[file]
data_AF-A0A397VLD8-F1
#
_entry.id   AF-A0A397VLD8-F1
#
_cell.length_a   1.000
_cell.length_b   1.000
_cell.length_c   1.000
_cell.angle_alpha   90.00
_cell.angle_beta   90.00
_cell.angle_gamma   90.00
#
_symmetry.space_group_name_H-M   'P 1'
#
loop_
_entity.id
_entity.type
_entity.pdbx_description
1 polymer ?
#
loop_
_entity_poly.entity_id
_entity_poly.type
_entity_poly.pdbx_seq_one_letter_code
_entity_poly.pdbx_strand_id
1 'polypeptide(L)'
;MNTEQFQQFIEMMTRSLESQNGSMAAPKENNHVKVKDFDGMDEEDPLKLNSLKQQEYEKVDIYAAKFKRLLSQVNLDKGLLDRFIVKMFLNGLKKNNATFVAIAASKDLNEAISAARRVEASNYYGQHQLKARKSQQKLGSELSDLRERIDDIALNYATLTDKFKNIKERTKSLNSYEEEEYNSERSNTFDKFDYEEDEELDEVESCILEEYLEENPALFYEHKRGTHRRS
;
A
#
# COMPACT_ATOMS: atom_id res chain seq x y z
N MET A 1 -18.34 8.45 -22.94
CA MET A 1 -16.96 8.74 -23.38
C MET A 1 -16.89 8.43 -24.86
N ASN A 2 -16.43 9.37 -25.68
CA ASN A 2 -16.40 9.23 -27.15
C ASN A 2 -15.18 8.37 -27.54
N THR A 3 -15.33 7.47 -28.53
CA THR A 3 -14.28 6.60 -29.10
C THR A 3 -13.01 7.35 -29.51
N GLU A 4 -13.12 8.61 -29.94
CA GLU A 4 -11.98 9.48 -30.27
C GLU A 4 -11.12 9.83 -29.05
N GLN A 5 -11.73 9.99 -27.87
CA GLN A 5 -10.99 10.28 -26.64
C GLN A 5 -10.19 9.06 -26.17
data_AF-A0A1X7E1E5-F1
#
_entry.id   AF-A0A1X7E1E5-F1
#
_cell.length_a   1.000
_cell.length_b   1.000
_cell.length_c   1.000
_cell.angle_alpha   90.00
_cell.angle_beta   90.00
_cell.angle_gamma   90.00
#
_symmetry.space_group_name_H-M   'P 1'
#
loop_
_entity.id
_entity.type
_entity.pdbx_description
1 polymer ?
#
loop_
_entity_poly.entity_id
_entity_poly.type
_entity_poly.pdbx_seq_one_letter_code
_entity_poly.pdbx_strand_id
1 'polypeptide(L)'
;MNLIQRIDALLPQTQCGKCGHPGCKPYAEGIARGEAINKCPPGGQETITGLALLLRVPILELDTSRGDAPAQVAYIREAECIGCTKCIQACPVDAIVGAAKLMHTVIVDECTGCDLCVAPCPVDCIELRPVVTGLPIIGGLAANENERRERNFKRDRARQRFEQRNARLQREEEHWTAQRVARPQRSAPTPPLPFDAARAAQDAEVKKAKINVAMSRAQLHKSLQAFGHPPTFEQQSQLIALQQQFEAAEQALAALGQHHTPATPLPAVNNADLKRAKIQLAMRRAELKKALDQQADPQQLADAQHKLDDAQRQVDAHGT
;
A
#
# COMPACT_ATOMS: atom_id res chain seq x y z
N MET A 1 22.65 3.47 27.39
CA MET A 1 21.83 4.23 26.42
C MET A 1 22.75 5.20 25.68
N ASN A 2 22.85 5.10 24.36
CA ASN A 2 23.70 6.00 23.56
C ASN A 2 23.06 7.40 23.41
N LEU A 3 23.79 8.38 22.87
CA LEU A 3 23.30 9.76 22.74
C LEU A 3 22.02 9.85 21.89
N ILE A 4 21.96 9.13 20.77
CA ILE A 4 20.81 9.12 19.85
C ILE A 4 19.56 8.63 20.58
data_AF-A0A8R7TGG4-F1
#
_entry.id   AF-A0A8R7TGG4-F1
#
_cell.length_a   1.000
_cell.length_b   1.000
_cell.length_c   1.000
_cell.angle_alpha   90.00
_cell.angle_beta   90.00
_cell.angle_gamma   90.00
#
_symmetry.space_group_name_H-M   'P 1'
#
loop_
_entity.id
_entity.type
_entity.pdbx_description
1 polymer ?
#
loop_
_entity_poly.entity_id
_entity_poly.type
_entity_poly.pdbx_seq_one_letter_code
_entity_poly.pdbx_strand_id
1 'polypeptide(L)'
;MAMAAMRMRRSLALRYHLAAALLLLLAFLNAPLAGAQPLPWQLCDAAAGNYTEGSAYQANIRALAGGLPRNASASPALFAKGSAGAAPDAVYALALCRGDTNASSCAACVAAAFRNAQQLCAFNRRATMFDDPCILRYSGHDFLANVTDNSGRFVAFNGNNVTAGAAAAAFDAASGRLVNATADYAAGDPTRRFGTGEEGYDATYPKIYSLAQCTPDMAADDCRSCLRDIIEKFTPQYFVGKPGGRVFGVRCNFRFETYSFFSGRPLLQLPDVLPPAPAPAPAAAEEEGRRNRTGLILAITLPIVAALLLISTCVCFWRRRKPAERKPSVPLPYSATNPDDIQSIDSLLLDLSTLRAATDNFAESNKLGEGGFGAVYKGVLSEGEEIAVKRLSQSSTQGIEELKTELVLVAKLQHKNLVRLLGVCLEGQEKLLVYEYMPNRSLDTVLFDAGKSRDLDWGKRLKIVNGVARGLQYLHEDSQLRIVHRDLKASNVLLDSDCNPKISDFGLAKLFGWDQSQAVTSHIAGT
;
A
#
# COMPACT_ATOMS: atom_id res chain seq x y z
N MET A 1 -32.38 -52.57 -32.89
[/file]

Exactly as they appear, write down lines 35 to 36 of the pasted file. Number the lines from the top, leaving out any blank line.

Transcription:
CA ASN A 2 -16.40 9.23 -27.15
C ASN A 2 -15.18 8.37 -27.54